Read Part 1
When he rose on the morning of January 25, Reverend Paul Smith was undoubtedly excited about the mass meeting where he would speak that evening at Dreamland Rink.
First, he had another meeting scheduled. At 11 a.m., a crowd of nearly 300 women “in bedraggled finery” arrived at his church. They were prostitutes who worked the Barbary Coast and the Tenderloin. “The word had gone forth Wednesday night that all women of the alleys, on pain of losing their room privileges if they failed, must present themselves at the church by the hour of 11,” the San Francisco Examiner explained.
“It was an amazing audience that faced the Methodist pastor when he ascended his pulpit. Hats of the latest mode set off faces defiant, faces simple to the point of childishness, faces indicating much more than average intelligence, faces showing all the signs of the night life’s ravages, and faces as yet untouched by its harrowing experiences.”
Mrs. Gamble’s delegation
Rev. Smith called for their spokeswoman, Rose Gamble, to join him. Mrs. Gamble was a partner of Maud Spencer and the two ran one of the richest “parlour houses” at 40 Mason Street. She was pale with dark eyes, and she was dressed in a smart checked tailor-made suit. “When she spoke she showed all the signs of an extraordinarily keen intelligence and a neat command of language,” the Examiner conceded.
“These women are better off in these houses then they would be out in the ordinary world of work,” she said. “Here, at least, they have the protection of their houses and have sufficient money on which to live themselves and to support their dependence. Yes, nearly all these women before you are mothers, or supporting children. Do you know that? What’s going to happen if you stop their opportunities? They were driven into this life by economic conditions. One of these women, now in this church, before she came into this life, wrote her brother, a Methodist minister, told him of her troubles and asked what to do. He wrote back ‘to trust in God!'”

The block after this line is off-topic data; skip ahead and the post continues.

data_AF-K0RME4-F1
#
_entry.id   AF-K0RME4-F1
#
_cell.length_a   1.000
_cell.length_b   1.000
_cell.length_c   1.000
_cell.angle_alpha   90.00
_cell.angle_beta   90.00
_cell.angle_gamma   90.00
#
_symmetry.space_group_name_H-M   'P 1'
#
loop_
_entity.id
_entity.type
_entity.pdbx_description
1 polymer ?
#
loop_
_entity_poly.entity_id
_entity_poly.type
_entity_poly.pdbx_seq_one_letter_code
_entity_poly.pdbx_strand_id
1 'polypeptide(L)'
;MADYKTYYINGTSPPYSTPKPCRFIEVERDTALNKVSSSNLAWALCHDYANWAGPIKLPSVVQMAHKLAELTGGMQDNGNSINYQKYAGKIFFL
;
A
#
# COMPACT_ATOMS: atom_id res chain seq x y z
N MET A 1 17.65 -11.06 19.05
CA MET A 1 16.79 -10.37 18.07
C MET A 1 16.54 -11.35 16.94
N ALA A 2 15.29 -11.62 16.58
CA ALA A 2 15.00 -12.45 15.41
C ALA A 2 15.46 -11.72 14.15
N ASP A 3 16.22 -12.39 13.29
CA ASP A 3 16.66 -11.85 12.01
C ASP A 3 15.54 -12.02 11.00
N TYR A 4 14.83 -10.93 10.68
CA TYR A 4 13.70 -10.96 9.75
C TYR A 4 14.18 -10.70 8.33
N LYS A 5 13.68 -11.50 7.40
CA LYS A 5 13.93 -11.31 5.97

Her voice rose. “Well, you can’t trust in God when shoes are $10 a pair and wages are $6 dollars a week. You’re asking to have this bit of town around your church cleaned up. Well, where are you going to send these women? Have you chartered a ship for them? Where are you going to ship them?
Why don’t you stop the evil at its source?” she cried. “Why don’t you attack conditions instead of persons? You think you are ‘cleaning things up’ but you’re not.”
She demanded the minister “let these women alone” and suggested he focus on teaching people to raise their children to look at their bodies as an “instrument of a spiritual purpose; that the girls are meant for the divine purpose of bringing children into the world, and the boys to participate in that wonderful accomplishment. Teach the boys to look upon women with reverence because of the divine purpose for which women have been called into the world. Do these things and you will do good.”
The crackdown would destroy the livelihoods of hundreds of women
Reverend Smith was shocked. He struggled to come up with a response. Though stopping prostitution was at the center of his campaign, he had not considered the reality of these women and what their fate would be. “Raise your hands if you wish to earn an honest living,” he asked the women. 300 hands rose.
He continued to question them. More than 2/3 of them were native Californians. More than 3/4 were mothers. They said that prior to entering the “night life,” they earned less than $8 a week.
“How much do women need, as a minimum wage?” Rev. Smith asked. The women murmured and called out, “Twenty dollars!”
“But families all over the country receive an average wage below that,” Smith protested.
“That’s why there’s prostitution,” Mrs. Gamble countered.
Rev. Smith assured the women who faced him that his efforts would be devoted to finding them honest work as it had been to the vice crusade. “When he suggested housework, the assembly laughed out loud,” the Examiner reported. “When he said girls could live and be decent on $10 a week, they laughed. And then they left.”
The newspaper was not swayed by the scene. They wrote, “The underworld of San Francisco [was] intent on clouding the issue raised by the present anti-vice campaign.”
Rev. Smith stared after them, dazed. ““This is the saddest day of my life,“ he said. “It was the saddest gathering I have ever seen. It has taught me many things. And I, for one, shall work for a minimum wage for women.”
He had forgotten, for the moment, the mass meeting he organized. And the hour was rapidly approaching.
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